Fat Taxery in Ontario

The government of Ontario has added two lines to its forthcoming budget that the health minister hopes will help dissuade smokers and junk food junkies. The government will rachet up the cigarrette tax, pull high sugar and fatty foods out of school cafeterias and revoke the sales tax exemption currently enjoyed by fast food vendors who sell meals costing less than $4 ('1.80) Estimates suggest that the government stands to raise as much as $200 million from the tax.Childhood obesity is a ...

Posted by on 15 Apr 2004
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(Public) Space Invaders

Hmm. Walked over to the Royal Festival Hall today to buy my lunch, only to find the whole building closed, surrounded by barricades and a pretty impressive police presence.It turns out that BP have taken over for the day, to hold their AGM. I couldn't help feeling that this was a little inappropriate: the RFH is very much a public space, with shops, caf's, a bar, exhibitions, live music and - generally - an area where children are encouraged to play, as well as a wide outdoor area fa...

Posted by on 15 Apr 2004
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personal services

The promise of personalised public services, which are tailored to fits the needs of individual users, could transform the public sector in a way we haven't seen since privatisation in the 1980s. This is the view of Demos associate Charles Leadbeater who writes in today's SocietyGuardian. Demos publishes his new pamphlet Personalisation through Participation which develops the argument further.

Posted by on 14 Apr 2004
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News Map

[via Blackbelt Jones]This is brilliant - a visual representation of Google News. Have a play.

Posted by Paul Miller on 13 Apr 2004
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Yer What?

Gavin Esler confronts a problem I've been mulling over for a while in today's Newsnight email... afraid I don't have any simple answers.""Shows promise: but must try harder" - the rather schoolmarm-ish conclusion of a report into the government's efforts at sustainable development. Eh? Sustainable development? Hardly trips off the tongue, does it? Not likely to compete for tabloid headlines with Posh 'n' Becks or Iraq, and in fact too long to fit in the...

Posted by Paul Miller on 13 Apr 2004
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The Multiplayers and Marx

It's a story we've seen crop up occasionally over the past twenty months. Perhaps David Brooks' piece on the Sims in the New York Times magazine defines the genre. Whatever the case, immersive multiplayer online gaming is not only becoming the most popular western form of entertainment, its sprouting a new kind of economy. Real world rents are being paid by hardened players who, sweating their thumbs on virtual labours, are converting their "gaming goods" on eBay for r...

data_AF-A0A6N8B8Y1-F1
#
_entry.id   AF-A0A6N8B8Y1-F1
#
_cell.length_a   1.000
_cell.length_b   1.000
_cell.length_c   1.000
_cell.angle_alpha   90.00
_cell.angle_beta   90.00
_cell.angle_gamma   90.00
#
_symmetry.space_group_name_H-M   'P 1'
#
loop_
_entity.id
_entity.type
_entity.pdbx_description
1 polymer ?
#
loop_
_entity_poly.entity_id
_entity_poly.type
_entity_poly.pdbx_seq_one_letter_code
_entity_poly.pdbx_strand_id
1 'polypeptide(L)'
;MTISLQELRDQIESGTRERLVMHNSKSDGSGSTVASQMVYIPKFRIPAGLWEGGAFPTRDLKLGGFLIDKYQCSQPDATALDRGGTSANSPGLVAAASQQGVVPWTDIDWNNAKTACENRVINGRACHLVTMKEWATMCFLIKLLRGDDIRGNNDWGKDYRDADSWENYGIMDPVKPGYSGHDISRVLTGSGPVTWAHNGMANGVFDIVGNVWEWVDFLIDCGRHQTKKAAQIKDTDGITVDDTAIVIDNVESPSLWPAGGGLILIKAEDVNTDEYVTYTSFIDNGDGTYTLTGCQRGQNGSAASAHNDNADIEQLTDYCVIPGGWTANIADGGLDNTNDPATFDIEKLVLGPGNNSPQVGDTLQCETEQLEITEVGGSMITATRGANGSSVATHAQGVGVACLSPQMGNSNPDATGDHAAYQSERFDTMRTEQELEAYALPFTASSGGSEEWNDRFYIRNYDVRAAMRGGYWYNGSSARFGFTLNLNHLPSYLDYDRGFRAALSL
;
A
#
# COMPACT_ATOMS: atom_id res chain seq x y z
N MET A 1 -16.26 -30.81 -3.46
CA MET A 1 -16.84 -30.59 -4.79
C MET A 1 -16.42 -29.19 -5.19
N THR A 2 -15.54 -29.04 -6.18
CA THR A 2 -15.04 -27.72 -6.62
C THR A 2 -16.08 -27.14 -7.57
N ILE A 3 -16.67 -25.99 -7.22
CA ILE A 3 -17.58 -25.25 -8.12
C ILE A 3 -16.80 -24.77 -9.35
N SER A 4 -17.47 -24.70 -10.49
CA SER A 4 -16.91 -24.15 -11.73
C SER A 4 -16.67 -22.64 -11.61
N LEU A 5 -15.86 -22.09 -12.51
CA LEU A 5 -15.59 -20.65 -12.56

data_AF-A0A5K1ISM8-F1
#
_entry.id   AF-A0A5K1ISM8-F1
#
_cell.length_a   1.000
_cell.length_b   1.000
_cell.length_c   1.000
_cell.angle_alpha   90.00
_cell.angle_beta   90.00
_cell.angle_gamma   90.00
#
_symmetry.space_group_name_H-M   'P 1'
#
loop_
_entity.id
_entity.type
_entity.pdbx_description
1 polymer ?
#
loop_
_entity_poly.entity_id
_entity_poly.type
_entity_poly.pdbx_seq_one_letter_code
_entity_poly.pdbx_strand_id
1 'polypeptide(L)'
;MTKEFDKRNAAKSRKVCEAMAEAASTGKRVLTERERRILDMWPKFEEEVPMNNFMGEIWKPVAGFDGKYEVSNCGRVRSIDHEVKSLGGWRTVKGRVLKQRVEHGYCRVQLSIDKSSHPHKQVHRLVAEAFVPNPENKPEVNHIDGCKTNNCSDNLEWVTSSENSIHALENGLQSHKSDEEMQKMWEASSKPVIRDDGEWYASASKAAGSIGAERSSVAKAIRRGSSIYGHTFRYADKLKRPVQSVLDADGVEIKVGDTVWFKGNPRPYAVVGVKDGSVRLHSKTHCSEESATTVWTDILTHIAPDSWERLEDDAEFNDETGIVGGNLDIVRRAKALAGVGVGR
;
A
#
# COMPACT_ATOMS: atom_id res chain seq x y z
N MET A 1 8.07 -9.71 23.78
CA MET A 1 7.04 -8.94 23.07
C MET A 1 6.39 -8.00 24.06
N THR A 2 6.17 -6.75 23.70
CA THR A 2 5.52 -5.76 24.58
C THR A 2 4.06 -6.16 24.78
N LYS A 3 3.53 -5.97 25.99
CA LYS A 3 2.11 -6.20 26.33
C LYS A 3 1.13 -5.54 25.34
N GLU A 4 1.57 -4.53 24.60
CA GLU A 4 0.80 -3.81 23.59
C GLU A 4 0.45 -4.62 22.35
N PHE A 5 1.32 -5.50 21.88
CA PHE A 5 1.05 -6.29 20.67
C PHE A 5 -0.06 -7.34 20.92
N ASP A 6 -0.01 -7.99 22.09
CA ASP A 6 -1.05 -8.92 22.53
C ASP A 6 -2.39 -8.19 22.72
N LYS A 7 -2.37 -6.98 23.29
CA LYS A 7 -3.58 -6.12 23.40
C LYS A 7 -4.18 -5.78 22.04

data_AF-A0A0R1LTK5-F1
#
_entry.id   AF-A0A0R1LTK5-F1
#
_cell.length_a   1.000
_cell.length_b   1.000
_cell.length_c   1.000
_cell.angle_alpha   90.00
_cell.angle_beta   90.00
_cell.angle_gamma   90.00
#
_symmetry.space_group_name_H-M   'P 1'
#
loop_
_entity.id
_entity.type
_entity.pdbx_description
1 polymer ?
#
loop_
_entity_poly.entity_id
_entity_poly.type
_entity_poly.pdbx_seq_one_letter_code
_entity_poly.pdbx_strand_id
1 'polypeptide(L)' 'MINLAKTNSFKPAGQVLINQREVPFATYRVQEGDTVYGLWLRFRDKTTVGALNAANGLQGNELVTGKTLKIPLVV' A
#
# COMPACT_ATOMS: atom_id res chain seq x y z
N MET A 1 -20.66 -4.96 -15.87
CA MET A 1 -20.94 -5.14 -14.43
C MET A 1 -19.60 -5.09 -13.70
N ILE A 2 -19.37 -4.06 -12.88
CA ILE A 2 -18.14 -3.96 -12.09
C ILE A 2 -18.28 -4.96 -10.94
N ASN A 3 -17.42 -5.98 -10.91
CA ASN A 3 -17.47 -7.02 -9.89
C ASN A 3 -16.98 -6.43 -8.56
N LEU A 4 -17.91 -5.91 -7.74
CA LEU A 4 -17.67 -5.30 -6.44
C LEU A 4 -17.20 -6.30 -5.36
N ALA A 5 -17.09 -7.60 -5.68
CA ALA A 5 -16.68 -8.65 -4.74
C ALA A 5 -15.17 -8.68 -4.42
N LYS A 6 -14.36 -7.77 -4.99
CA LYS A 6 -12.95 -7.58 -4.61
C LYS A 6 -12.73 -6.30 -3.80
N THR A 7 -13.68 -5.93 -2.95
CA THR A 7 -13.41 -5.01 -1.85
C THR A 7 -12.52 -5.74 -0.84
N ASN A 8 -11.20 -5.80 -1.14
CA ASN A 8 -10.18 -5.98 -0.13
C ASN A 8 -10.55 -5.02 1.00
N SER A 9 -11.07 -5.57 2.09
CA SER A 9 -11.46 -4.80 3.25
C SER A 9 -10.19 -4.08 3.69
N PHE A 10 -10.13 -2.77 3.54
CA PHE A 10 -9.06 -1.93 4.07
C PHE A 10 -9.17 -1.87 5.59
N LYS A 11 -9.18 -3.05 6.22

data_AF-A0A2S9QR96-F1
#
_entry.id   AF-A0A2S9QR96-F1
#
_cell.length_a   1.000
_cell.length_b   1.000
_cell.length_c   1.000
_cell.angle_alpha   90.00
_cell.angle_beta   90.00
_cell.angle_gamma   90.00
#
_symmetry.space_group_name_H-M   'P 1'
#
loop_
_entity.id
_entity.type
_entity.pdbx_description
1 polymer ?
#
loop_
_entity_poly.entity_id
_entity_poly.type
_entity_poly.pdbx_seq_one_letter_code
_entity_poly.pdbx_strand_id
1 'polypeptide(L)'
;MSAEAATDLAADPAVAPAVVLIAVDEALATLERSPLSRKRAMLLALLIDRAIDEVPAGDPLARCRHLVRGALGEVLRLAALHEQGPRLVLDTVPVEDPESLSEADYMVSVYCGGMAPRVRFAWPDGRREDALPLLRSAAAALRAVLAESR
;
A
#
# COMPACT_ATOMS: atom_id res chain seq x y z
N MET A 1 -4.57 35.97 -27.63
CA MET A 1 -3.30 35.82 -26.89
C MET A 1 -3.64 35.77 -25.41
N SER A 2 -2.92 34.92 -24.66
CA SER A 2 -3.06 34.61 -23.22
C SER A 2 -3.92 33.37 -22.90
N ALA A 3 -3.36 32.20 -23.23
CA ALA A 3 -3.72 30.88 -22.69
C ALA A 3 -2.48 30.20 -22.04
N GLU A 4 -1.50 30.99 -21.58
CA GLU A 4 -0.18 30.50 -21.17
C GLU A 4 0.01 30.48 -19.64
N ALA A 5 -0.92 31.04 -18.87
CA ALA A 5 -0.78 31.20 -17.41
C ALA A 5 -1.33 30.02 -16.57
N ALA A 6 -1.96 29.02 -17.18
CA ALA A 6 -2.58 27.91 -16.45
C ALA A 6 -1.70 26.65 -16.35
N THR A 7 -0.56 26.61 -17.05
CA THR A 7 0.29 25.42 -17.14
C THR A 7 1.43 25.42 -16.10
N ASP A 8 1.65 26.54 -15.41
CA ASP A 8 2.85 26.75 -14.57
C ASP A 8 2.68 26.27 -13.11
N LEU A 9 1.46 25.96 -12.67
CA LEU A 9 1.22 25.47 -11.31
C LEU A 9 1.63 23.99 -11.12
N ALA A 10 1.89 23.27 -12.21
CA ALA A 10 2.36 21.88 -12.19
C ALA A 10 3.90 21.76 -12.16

Posted by on 09 Apr 2004
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Candidate Walmart

To the officials in the California town of Inglewood, it was an unprecedented and blithe display of corporate power. When councillors rejected an application by Walmart to build a new 200,000 sq ft. supercentre, the irate mega-retailer decided to take its plan to the voters. Spending $1 million to convince the residents of Inglewood that their plan matched their interests, city and union officials were left scrambling to mount a defense, explaining to voters that the proposition would exempt ...

Posted by on 08 Apr 2004
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Moving Targets?

As an earlier post by Eddie mentioned, last week Demos and MMO2 hosted a seminar to explore the opportunites and risks that mobile phones pose to children.John Naughton gives a good account of the main issues to emerge from the conversation in his most recent Observer column

Posted by on 08 Apr 2004
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The Self-creating Society

As Tom's a bit jet-lagged I thought I'd alert the world to the essay he's got in Renewal at the moment called The Self-creating Society. Here's a taster:"The next generation of domestic politics is likely to revolve partly around a politics of public behaviour. Behind the traditional issues of macroeconomic management, public service improvement and law and order, we can now see clearly emerging a new set of political issues which have a huge and direct influence on quali...

Posted by Paul Miller on 06 Apr 2004
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Open Source Learning?

Where does plagiarism stop and open source learning begin? A report from the Joint Council for Qualifications suggests today that 'They [students] would not be able to make extensive alterations without an understanding of the subject,' arguing that re-working (albeit small) exerts of existing text can be a valuable tool in self-teaching. The process as important as the final product?

Posted by Duncan O'Leary on 05 Apr 2004
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